The New Security Beat, a Wilson Center blog, published a piece by Sara Stratton, HP+ technical director for family planning and maternal and child health. Pandemic Preparedness: Strengthening Family Planning Policies Today to Secure Essential Services for Tomorrow discusses the COVID-19 response and threats to contraceptive access for women in low- and middle-income countries. It sets out policy recommendations to ensure essential services for women and girls are maintained during this and future pandemic responses, including policies on task sharing with private sector suppliers such as pharmacies; policies on self-injection of contraceptives; and gender-informed policies for a female-dominated healthcare workforce.
This month, a project-authored article on reducing stigma and discrimination in health facilities in Ghana was published in the Journal of the International AIDS Society. The article, which evaluates the impact of a “total facility” stigma‐reduction intervention on the drivers and manifestations of stigma and discrimination among health facility staff, found that respondents at stigma intervention facilities were 19 percent more likely to report that staff behavior towards people living with HIV had improved over the last year, compared to those at non-intervention facilities. These results provide a solid foundation for scaling up health facility stigma‐reduction within national HIV responses.
Malian mayors, community health associations, and communities mobilized over 7,850,000 FCFA (approximately US$13,305) in local resources to support payments of community health worker (CHW) stipends in Mali. The funds, mobilized by local stakeholders in the regions of Kayes and Sikasso between October 2019 and January 2020, enable CHWs to continue to continue providing essential care following the end of funding from USAID via the SSGI Project this past September. CHWs, who reach Malians who live more than five kilometers from community health centers, have contributed to increased modern contraceptive prevalence. According to the 2018 Mali DHS, modern family planning use among married women age 15-29 increased from 10% in 2012-13 to 16% in 2018.
A blog post co-authored by HP+’s Director for Family Planning and Reproductive Health, Jay Gribble, and gender adviser Beth Rottach discussing the importance of gender considerations amid the COVID-19 pandemic response was published by the Infectious Diseases Society of America’s ScienceSpeaks blog. The article was also cross-posted to the International Conference for Family Planning 2021’s COVID and Reproductive Health blog. These platforms reach a wide audience of infectious disease and family planning experts, offering recommendations to ensure that the ongoing health needs of women and the people who care for them are positioned at the forefront in the global response to the pandemic.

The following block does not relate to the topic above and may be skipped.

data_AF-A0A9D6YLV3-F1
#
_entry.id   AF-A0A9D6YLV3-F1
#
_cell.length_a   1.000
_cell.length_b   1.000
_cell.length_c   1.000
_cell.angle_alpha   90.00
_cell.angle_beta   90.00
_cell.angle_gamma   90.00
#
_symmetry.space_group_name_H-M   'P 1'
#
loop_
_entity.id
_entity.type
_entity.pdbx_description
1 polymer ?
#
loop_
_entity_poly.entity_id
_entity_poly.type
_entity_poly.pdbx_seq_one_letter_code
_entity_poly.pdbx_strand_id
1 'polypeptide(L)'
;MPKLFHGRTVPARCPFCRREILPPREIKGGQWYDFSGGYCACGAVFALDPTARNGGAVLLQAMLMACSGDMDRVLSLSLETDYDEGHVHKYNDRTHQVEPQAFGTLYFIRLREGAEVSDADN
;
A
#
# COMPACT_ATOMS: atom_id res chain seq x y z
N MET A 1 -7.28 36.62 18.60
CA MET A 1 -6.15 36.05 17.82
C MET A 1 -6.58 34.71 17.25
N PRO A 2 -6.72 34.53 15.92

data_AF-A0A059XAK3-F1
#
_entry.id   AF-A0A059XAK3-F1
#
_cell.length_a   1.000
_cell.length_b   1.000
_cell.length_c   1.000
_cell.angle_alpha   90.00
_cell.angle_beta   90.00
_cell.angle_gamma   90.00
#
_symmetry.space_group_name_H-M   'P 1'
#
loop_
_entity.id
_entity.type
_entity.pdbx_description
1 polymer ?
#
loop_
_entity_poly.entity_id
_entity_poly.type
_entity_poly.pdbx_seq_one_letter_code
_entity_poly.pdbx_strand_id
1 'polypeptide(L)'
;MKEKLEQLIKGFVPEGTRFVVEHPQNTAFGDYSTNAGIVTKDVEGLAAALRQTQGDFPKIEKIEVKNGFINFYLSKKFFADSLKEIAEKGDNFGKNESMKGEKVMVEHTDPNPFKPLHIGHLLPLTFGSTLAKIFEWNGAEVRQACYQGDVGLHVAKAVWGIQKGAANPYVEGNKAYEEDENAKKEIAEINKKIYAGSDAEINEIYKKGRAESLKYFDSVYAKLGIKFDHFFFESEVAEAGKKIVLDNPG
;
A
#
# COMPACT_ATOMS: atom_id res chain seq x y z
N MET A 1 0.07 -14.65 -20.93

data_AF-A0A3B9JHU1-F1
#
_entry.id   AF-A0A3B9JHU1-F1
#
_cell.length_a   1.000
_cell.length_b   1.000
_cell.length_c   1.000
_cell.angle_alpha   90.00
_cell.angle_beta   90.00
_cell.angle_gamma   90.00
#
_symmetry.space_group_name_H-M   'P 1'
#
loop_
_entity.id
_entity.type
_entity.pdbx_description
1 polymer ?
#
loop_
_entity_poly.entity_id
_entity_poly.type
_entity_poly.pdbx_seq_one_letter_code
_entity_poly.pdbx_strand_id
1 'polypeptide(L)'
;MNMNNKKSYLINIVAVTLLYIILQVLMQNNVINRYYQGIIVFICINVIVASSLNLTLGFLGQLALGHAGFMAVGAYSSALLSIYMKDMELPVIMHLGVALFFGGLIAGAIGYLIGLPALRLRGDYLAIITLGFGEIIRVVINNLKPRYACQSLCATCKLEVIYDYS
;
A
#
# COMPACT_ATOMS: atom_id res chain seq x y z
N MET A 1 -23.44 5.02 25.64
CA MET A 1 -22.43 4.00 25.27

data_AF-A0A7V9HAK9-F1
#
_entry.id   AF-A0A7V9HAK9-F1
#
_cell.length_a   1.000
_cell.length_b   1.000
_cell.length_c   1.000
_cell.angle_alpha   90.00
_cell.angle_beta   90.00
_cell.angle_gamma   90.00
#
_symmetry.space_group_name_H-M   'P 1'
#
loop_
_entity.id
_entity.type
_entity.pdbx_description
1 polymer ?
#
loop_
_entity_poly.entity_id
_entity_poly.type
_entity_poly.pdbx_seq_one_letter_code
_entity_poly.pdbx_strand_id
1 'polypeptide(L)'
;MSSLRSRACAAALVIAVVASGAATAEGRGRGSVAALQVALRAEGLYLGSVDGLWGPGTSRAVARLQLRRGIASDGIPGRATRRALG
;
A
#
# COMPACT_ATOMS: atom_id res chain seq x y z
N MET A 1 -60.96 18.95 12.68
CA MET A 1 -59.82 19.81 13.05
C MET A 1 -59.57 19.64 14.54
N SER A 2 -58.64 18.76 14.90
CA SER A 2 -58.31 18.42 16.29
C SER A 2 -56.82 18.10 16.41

The HP+-supported Healthcare Federation of Liberia is working alongside the Ministry of Health and the National Public Health Institute of Liberia (NPHIL) to scale-up trainings to private sector providers across Montserrado County to address COVID-19. The three-hour rapid training, conducted by NPHIL with social distancing measures in place, will cover infection prevention and control, case management, and emergency response protocols. Up to 250 private providers (from 150 facilities) will be trained in two weeks, covering over 50 percent of Liberia’s health facilities.
In Malawi, cervical cancer data management and program monitoring systems are generating crucial data to be used in decision making at national and district levels. With technical support from HP+, the Ministry of Health and Population’s Cervical Cancer Task Force developed quality assurance standard operating procedures, guidelines, and data tools, and trained health workers on how to screen for and treat cervical cancer. The tools have been integrated into the country’s health information system to support evidence-based decision making. Over 180 health facilities have received screening and treatment equipment, and linkages and referrals for specialized treatment and care have been strengthened as a result.
Early results from districts in Malawi where hospitals have been accredited as baby-friendly (BFHI) have revealed great success: on average, in the nine hospitals HP+ has trained, early initiation of breastfeeding increased from 43 to 75 percent. In Dedza, exclusive breastfeeding contributed to a reduction in neonatal deaths from 24 to 13 percent over six months. Learning from prior experience, HP+ adapted the BFHI program to train hospitals sequentially. The revised approach provides immediate feedback and ongoing mentorship and ensures that at least 80 percent of clinical staff are trained in each facility, as well as support staff and community mentors.